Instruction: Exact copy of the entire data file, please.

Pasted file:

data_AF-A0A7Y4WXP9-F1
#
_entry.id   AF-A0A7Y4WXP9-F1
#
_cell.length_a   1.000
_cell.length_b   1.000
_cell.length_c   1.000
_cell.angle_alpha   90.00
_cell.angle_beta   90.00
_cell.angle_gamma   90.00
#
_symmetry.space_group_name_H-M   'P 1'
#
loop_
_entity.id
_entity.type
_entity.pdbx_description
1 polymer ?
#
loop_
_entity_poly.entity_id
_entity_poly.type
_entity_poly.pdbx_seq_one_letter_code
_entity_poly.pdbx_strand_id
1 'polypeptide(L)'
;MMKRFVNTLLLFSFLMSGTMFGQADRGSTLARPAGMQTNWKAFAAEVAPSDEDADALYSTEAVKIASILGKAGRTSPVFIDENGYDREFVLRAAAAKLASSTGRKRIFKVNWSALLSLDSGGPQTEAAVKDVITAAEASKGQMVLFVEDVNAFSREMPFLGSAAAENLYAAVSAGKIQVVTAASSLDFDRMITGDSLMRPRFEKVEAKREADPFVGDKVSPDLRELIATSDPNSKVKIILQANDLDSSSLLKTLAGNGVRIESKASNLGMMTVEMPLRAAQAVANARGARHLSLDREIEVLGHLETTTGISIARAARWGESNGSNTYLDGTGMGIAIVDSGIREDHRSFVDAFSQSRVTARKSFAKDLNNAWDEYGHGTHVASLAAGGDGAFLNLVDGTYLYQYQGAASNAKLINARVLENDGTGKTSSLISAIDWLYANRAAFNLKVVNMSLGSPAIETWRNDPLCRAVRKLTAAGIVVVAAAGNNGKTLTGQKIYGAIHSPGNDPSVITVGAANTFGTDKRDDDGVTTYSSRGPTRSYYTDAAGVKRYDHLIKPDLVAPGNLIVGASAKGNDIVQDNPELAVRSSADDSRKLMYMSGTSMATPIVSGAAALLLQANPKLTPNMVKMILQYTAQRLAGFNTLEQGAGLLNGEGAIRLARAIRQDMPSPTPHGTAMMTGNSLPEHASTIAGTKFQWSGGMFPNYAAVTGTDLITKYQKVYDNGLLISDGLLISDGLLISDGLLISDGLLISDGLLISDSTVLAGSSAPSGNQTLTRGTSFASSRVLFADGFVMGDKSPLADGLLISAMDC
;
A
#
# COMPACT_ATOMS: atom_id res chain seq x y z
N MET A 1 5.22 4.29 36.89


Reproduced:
data_AF-A0A7Y4WXP9-F1
#
_entry.id   AF-A0A7Y4WXP9-F1
#
_cell.length_a   1.000
_cell.length_b   1.000
_cell.length_c   1.000
_cell.angle_alpha   90.00
_cell.angle_beta   90.00
_cell.angle_gamma   90.00
#
_symmetry.space_group_name_H-M   'P 1'
#
loop_
_entity.id
_entity.type
_entity.pdbx_description
1 polymer ?
#
loop_
_entity_poly.entity_id
_entity_poly.type
_entity_poly.pdbx_seq_one_letter_code
_entity_poly.pdbx_strand_id
1 'polypeptide(L)'
;MMKRFVNTLLLFSFLMSGTMFGQADRGSTLARPAGMQTNWKAFAAEVAPSDEDADALYSTEAVKIASILGKAGRTSPVFIDENGYDREFVLRAAAAKLASSTGRKRIFKVNWSALLSLDSGGPQTEAAVKDVITAAEASKGQMVLFVEDVNAFSREMPFLGSAAAENLYAAVSAGKIQVVTAASSLDFDRMITGDSLMRPRFEKVEAKREADPFVGDKVSPDLRELIATSDPNSKVKIILQANDLDSSSLLKTLAGNGVRIESKASNLGMMTVEMPLRAAQAVANARGARHLSLDREIEVLGHLETTTGISIARAARWGESNGSNTYLDGTGMGIAIVDSGIREDHRSFVDAFSQSRVTARKSFAKDLNNAWDEYGHGTHVASLAAGGDGAFLNLVDGTYLYQYQGAASNAKLINARVLENDGTGKTSSLISAIDWLYANRAAFNLKVVNMSLGSPAIETWRNDPLCRAVRKLTAAGIVVVAAAGNNGKTLTGQKIYGAIHSPGNDPSVITVGAANTFGTDKRDDDGVTTYSSRGPTRSYYTDAAGVKRYDHLIKPDLVAPGNLIVGASAKGNDIVQDNPELAVRSSADDSRKLMYMSGTSMATPIVSGAAALLLQANPKLTPNMVKMILQYTAQRLAGFNTLEQGAGLLNGEGAIRLARAIRQDMPSPTPHGTAMMTGNSLPEHASTIAGTKFQWSGGMFPNYAAVTGTDLITKYQKVYDNGLLISDGLLISDGLLISDGLLISDGLLISDGLLISDSTVLAGSSAPSGNQTLTRGTSFASSRVLFADGFVMGDKSPLADGLLISAMDC
;
A
#
# COMPACT_ATOMS: atom_id res chain seq x y z
N MET A 1 5.22 4.29 36.89